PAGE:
Artsy: You once said, “When you write, you say things that would not have occurred to your mind otherwise.” Is the same true of your painting? Does the image emerge only as you put palette and paint to paper?
EA: Yes, I think that when one writes one says things that one wouldn’t have said in words. The act of writing does something to one’s mind. It’s like entering a new world, with its connections, its memories…Even if one thinks the same things they are said differently, but it goes deeper. When you write you’re almost a different person. Painting is altogether a different story. When you paint you belong to art, to whatever you know about its history, its world. These things are mysteries. When I start a painting, I really don't know where I’m going. The painting gets to be built one touch at a time. I never draw it to start with, never really know where I am going. Of course when I paint Mount Tamalpais, which I did for years, there’s some triangular shape in my mind, but that’s not the issue. I don’t paint a picture, but a state of mind in relation to that particular mountain, be it present in front of my eyes, or in my memory.
Artsy: You have lived in Beirut, California, and Paris—do you feel rooted in all these places, or how do you relate to the places you have spent time in?
EA: Places. Places. I am particularly sensitive to places, to wherever I am. Places act on us like the quality of the water affects fish. Places are part of nature, of the bigger picture. We are interrelated. When we contemplate them in their own right, they can sometimes change our lives, they can become spiritual experiences. In my case, they become part of the poetry I write, or, certainly, my painting.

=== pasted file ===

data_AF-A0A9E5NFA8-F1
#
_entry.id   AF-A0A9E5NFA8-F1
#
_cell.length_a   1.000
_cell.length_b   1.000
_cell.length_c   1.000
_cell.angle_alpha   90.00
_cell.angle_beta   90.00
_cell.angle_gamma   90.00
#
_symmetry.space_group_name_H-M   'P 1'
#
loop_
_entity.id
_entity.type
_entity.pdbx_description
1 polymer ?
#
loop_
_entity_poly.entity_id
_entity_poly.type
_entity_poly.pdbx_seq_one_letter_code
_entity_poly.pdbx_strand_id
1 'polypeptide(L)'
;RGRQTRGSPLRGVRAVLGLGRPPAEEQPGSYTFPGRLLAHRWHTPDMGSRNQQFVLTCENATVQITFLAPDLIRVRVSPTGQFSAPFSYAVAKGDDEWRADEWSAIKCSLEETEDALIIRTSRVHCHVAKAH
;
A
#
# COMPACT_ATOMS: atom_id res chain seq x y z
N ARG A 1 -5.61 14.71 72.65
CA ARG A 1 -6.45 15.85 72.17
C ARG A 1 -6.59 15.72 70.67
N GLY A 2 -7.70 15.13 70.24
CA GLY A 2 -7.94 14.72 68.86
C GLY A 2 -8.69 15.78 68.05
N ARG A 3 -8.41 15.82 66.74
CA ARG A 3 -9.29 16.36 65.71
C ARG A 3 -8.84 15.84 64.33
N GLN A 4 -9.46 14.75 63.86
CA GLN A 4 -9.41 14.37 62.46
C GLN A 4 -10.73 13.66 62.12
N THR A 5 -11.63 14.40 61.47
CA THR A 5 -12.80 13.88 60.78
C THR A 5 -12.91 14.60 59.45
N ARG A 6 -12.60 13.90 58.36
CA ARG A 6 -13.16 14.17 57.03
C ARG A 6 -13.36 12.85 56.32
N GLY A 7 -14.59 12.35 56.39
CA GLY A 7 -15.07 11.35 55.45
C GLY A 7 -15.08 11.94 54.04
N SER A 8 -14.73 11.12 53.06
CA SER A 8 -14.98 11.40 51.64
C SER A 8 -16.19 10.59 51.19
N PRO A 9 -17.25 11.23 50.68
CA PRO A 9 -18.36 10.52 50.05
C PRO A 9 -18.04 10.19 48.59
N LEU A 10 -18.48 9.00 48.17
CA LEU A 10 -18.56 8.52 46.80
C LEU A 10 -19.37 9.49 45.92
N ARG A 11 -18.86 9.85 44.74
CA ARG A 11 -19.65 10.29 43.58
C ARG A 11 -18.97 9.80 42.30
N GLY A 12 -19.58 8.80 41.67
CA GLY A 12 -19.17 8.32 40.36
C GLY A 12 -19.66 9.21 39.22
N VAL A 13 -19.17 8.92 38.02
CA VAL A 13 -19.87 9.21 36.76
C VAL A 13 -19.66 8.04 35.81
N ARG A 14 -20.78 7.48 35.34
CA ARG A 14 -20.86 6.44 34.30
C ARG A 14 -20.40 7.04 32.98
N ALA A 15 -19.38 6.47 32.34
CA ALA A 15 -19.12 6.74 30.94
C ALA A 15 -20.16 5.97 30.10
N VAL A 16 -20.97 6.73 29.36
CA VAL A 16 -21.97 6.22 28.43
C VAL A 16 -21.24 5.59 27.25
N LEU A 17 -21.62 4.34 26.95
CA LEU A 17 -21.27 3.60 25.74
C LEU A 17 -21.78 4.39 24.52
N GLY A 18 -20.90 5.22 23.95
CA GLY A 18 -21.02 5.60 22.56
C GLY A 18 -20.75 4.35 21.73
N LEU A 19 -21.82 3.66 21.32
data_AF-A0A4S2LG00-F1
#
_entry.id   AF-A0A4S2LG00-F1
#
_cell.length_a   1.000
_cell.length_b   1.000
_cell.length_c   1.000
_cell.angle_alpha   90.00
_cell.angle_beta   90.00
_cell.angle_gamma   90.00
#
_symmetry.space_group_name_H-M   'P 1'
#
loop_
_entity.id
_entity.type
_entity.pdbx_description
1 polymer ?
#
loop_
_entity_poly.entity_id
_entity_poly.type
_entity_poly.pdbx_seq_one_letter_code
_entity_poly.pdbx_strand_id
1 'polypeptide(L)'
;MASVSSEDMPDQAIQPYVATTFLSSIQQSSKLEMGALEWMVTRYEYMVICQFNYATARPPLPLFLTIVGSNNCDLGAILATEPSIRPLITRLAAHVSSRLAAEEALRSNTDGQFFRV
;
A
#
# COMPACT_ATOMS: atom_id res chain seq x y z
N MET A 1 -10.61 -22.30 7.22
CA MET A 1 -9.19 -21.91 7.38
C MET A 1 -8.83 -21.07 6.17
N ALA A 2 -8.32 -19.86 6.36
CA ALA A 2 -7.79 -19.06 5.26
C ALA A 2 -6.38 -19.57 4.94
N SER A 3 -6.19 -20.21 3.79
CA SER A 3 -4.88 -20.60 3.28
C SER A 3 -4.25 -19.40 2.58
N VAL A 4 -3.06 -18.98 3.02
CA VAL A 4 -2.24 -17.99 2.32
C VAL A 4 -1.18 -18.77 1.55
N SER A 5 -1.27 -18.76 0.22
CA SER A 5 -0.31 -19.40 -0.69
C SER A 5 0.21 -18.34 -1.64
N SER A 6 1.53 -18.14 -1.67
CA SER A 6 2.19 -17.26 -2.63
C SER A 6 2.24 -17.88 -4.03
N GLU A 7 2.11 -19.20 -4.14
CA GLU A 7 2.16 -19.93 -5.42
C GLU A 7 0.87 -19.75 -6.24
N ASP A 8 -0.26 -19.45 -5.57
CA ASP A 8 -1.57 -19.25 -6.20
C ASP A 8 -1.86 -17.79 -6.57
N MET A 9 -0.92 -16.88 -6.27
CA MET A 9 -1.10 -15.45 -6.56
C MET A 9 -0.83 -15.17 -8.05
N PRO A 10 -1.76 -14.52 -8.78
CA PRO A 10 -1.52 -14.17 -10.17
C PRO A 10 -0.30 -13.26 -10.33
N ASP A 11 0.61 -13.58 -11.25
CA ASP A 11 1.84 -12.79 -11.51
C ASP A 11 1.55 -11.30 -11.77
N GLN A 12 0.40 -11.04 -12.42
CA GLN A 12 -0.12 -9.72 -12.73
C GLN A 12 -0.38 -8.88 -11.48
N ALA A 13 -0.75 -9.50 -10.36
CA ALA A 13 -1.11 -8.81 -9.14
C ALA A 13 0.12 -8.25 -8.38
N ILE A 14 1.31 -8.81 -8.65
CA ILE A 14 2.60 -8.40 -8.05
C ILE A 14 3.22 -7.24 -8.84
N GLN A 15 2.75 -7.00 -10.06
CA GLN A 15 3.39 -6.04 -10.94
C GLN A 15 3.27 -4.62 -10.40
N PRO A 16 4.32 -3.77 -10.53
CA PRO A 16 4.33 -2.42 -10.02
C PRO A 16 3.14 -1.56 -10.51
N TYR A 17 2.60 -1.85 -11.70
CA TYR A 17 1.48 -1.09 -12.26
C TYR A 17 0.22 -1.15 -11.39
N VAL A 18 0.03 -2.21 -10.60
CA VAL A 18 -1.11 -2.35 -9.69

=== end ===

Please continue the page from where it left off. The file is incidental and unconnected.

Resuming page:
But not in detectable ways. Anyway, the places we lived in, and that we continue to live in, are profoundly part of our identity.
Artsy: You have painted Mount Tamalpais numerous times. What is it about this mountain, in particular, that absorbs you?
EA: Mount Tamalpais, in the north of San Francisco, has been something like the pole of my life, for half a century now. But I don’t paint it exclusively. Some of my works are purely abstract, some make one think of nature without showing a landscape, some are related to that part of California where I spent most of my life. There is more to a painting than what the painter thinks she or he is doing, and more than what a viewer will see. It’s endless, that’s what makes it what we call art.
Artsy: It’s interesting that you, a lover of written language, have left your landscapes untitled. Why did you choose to leave them nameless?
EA: Why are my paintings nameless? I don’t really know why. There’s an innocence to a painting that we don’t want to touch with words, I think. That may be why.